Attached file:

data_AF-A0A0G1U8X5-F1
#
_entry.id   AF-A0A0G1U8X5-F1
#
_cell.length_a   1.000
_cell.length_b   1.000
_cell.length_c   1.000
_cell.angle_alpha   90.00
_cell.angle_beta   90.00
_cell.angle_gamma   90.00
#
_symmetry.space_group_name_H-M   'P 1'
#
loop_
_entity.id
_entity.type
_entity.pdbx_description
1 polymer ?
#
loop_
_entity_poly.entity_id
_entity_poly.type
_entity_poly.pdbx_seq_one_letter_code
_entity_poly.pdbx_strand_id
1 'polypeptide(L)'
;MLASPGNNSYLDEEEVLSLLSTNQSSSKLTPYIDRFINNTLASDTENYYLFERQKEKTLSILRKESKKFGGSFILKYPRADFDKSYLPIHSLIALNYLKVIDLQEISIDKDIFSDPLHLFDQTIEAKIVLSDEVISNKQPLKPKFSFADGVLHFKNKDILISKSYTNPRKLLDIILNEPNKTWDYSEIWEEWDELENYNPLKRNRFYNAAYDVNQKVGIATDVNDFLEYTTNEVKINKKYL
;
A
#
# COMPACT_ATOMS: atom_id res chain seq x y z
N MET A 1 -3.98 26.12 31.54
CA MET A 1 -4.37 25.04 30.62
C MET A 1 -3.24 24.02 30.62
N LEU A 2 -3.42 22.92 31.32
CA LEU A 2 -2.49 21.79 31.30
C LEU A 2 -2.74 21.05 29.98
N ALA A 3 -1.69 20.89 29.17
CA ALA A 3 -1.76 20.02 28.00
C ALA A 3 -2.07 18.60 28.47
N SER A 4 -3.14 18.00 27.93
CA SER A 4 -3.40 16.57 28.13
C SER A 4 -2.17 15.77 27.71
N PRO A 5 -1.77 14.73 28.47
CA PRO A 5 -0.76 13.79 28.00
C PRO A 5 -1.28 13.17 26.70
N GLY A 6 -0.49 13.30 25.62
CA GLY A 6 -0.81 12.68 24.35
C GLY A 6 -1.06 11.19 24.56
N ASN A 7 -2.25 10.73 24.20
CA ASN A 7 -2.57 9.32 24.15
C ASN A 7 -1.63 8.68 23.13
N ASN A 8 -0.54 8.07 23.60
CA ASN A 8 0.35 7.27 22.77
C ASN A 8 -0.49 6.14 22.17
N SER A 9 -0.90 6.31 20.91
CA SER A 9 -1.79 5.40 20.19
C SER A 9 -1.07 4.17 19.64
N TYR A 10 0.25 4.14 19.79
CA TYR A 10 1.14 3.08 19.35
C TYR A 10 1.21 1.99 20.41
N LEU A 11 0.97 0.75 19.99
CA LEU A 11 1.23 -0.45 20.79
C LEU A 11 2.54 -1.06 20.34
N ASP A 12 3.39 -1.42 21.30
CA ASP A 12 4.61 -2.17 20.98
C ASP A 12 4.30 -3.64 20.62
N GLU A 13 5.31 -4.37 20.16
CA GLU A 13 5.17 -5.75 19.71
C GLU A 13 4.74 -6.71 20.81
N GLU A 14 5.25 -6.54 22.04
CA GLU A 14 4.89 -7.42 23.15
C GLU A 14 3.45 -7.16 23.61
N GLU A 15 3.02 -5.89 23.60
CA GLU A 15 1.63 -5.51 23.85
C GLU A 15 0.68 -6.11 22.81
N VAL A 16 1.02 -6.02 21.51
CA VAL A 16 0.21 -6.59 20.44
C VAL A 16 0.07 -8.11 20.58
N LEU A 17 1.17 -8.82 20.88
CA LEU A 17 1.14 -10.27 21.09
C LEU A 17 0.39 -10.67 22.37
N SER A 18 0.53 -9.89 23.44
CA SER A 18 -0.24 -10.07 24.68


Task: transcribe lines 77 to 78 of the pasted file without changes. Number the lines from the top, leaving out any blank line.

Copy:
CA VAL A 16 0.21 -6.59 20.44
C VAL A 16 0.07 -8.11 20.58